Bill Gates predicts business travel will disappear even after pandemic

Bill Gates predicts business travel will disappear even after pandemic
Image Source: ©peshkov via canva.com

Microsoft co-founder Bill Gates predicts that business travel will disappear even after the coronavirus pandemic.

“My prediction would be that over 50% of business travel and over 30% of days in the office will go away,” Gates told Andrew Ross Sorkin during the New York Times’ Dealbook conference.

Moreover, Gates believes that there will be a “very high threshold” for holding business trips now that working from home has become a viable option. However, some firms may take extreme measures when it comes to reducing in-person meetings than others.

During a new podcast, Gates said, that he has a “simpler schedule” due to the Covid-19 pandemic now that he does not have to travel for business.

“We will go to the office somewhat, we’ll do some business travel, but dramatically less,” Gates said.

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Impact of travel decline on airlines

In October, airlines and airports globally called for a fresh government aid package to help in the recovery of the struggling aviation industry.

Aside from additional government aid, airlines and airports around the world are also asking for current quarantine arrangements to be replaced with a new testing regime. They argued that without both, the industry is on the brink of collapse.

According to the International Air Transport Association (IATA), airlines globally are expected to report a fall in revenues this year amounting to $418 billion.

Meanwhile, Airport Council International (ACI) World claimed that airports would experience a decline in income of around $104 billion.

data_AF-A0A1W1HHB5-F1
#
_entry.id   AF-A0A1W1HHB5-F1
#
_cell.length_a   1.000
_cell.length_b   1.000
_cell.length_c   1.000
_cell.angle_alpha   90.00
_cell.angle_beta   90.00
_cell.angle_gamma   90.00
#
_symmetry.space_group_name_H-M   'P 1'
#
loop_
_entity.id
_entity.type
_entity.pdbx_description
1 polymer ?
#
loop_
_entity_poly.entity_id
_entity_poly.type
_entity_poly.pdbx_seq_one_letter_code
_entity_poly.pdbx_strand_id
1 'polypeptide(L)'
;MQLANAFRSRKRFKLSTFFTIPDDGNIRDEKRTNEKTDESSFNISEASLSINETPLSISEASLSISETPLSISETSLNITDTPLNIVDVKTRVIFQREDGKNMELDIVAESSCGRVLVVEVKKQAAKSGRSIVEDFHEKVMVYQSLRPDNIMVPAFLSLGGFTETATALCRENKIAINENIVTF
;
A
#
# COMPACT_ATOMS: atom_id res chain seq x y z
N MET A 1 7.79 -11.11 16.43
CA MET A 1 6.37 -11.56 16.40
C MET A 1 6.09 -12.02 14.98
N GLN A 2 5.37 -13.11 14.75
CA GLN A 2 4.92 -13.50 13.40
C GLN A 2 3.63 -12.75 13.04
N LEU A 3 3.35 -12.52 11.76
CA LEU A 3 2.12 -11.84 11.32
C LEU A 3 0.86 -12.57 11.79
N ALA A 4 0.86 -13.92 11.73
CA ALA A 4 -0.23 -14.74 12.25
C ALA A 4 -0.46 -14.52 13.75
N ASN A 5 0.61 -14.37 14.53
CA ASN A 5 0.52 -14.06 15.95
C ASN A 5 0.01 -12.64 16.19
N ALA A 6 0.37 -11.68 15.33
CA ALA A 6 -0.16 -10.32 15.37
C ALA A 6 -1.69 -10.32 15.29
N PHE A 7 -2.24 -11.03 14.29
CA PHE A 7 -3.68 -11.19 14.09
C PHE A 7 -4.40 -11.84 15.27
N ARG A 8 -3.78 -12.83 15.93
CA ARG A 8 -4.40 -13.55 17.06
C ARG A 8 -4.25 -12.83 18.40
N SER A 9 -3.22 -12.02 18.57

IATA director general Alexandre de Juniac pointed out that financial aid packages granted by earlier this year by various governments to their respective aviation businesses were designed on the assumption that by this time, a recovery would be well underway.

De Juniac added that it was not the case currently and that the industry was still suffering deep “financial trauma”. He argued: “Without a second tranche of financial aid, many airlines will not survive the winter.”

On the other hand, ACI world director general Luis Felipe de Oliveira said that a similar financial pressure is also being experienced by airports. De Oliveira claimed: “We could see airports going bankrupt in a very short period of time.”

He explained: “ACI and IATA are aligned in calling for urgent government action to introduce widespread and coordinated testing of passengers to enable quarantine requirements to be removed.”

“Without this action, it is not an exaggeration that the industry is facing collapse”, he added.

In October, US carrier United Airlines has posted its third large quarterly loss of the year, as the coronavirus pandemic took a toll on air travel demand.

The losses were primarily attributed to the dramatic decline in air travel due to measures implemented to address the coronavirus pandemic. The decline in demand for air travel has affected the aviation industry as a whole.

According to the International Air Transport Association (IATA), airlines globally are expected to report a fall in revenues this year amounting to $418 billion.

Meanwhile, American Airlines net loss reaches $2.4 billion in the third quarter as the coronavirus pandemic slows down travel demand.

The airline company’s revenue fell by 73% in the three months ended Sept. 30 to $3.17 billion from $11.9 billion a year earlier.

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